# Shared Statistical Concepts

#### Bar and At Sign Operators

You can shorten the specification of a large factorial model by using the bar operator. For example, two ways of writing the model for a full three-way factorial model follow:


model Y = A B C   A*B A*C B*C   A*B*C;

model Y = A|B|C;


When the bar (|) is used, the right and left sides become effects, and the cross of them becomes an effect. Multiple bars are permitted. The expressions are expanded from left to right, using rules 2–4 given in Searle (1971, p. 390).

• Multiple bars are evaluated from left to right. For example, A | B | C is evaluated as follows:

 A | B | C A | B  | C A  B  A*B  | C A  B  A*B  C  A*C  B*C  A*B*C

• Crossed and nested groups of variables are combined. For example, A(B) | C(D) generates A*C(B D), among other terms.

• Duplicate variables are removed. For example, A(C) | B(C) generates A*B(C C), among other terms, and the extra C is removed.

• Effects are discarded if a variable occurs on both the crossed and nested parts of an effect. For example, A(B) | B(D E) generates A*B(B D E), but this effect is eliminated immediately.

You can also specify the maximum number of variables involved in any effect that results from bar evaluation by specifying that maximum number, preceded by an at sign (@), at the end of the bar effect. For example, the following specification selects only those effects that contain two or fewer variables:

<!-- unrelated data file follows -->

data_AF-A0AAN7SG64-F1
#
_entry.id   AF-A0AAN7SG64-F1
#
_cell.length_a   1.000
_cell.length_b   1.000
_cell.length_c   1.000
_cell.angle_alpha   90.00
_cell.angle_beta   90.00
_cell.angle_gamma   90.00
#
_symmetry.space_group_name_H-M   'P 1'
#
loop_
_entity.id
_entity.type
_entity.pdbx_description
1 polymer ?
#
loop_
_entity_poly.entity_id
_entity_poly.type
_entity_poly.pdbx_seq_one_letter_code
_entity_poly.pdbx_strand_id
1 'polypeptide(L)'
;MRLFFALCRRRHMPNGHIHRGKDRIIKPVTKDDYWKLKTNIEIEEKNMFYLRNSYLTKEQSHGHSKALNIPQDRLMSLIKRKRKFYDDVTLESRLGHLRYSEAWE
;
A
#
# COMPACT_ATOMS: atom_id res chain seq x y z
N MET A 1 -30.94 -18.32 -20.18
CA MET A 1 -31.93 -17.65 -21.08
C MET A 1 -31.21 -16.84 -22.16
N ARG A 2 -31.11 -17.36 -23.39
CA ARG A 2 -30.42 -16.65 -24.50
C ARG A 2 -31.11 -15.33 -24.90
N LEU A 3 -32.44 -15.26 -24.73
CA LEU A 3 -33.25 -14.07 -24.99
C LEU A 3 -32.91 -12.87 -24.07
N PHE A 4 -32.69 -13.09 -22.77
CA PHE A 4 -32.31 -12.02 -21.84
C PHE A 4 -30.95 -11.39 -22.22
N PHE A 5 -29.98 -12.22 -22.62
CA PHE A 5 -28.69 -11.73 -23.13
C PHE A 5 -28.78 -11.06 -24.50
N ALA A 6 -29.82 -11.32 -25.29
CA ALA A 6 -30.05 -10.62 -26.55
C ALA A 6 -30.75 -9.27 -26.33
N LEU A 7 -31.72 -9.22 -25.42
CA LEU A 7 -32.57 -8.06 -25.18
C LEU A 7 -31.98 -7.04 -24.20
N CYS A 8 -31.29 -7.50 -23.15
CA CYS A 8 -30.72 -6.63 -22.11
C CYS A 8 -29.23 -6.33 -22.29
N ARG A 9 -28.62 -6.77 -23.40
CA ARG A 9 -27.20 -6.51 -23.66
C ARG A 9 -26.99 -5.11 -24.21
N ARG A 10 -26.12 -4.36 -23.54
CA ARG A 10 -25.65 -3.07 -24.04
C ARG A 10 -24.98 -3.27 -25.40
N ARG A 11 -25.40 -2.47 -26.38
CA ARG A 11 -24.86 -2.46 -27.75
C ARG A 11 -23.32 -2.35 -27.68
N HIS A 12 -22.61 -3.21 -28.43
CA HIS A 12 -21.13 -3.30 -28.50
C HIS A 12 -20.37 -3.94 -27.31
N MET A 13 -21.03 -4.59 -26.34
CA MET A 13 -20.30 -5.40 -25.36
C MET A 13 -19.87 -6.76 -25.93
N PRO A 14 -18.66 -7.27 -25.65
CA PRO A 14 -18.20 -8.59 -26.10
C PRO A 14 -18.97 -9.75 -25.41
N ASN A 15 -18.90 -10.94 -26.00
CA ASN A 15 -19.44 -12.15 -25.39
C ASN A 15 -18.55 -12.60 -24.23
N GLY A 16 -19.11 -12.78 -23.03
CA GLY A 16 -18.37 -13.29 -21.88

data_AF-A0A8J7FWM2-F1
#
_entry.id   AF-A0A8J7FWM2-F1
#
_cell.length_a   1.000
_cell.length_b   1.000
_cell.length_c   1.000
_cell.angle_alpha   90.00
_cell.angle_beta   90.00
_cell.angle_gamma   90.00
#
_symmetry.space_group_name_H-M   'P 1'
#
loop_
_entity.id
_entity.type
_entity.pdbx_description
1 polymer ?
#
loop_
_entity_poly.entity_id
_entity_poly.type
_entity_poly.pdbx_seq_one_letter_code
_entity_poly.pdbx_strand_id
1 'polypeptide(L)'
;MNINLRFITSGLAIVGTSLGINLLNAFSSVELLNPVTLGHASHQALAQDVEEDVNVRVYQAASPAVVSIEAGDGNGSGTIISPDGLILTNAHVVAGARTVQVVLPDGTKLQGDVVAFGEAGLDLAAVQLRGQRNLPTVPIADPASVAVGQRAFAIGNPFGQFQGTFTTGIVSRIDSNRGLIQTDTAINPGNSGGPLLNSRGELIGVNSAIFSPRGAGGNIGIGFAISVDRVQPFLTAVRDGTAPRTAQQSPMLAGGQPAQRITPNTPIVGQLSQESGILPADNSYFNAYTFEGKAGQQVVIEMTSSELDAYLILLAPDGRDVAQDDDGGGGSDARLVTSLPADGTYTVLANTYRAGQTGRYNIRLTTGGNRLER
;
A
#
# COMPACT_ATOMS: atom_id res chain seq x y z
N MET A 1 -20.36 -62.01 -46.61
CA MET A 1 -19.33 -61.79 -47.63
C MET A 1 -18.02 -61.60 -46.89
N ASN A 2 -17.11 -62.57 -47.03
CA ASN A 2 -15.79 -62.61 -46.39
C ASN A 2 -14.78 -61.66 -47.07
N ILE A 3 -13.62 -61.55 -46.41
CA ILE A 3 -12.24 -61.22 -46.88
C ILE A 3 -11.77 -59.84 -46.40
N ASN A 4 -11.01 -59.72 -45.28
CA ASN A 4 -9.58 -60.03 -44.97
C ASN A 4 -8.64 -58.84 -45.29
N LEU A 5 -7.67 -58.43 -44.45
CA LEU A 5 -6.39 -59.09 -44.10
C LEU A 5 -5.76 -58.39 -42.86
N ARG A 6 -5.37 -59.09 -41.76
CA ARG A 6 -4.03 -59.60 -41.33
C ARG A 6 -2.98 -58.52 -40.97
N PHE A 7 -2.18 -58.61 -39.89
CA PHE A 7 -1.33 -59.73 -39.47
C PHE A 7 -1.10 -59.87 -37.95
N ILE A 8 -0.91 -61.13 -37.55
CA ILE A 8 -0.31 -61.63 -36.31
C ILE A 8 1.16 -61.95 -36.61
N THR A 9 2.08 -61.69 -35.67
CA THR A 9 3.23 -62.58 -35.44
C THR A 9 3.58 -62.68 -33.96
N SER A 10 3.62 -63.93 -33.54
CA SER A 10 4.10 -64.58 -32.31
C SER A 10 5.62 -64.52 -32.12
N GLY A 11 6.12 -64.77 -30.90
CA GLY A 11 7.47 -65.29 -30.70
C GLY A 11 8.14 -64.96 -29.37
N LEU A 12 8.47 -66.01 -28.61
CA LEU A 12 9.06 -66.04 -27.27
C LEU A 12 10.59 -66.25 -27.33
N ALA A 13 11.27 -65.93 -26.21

model Y = A|B|C@2;


The preceding example is equivalent to specifying the following MODEL statement:


model Y = A B C   A*B A*C B*C;


More examples of using the bar and at operators follow:

 A | C(B) is equivalent to A   C(B)   A*C(B) A(B) | C(B) is equivalent to A(B)   C(B)   A*C(B) A(B) | B(D E) is equivalent to A(B)   B(D E) A | B(A) | C is equivalent to A   B(A)   C   A*C   B*C(A) A | B(A) | C@2 is equivalent to A   B(A)   C   A*C A | B | C | D@2 is equivalent to A  B  A*B  C  A*C  B*C  D  A*D  B*D  C*D A*B(C*D) is equivalent to A*B(C D)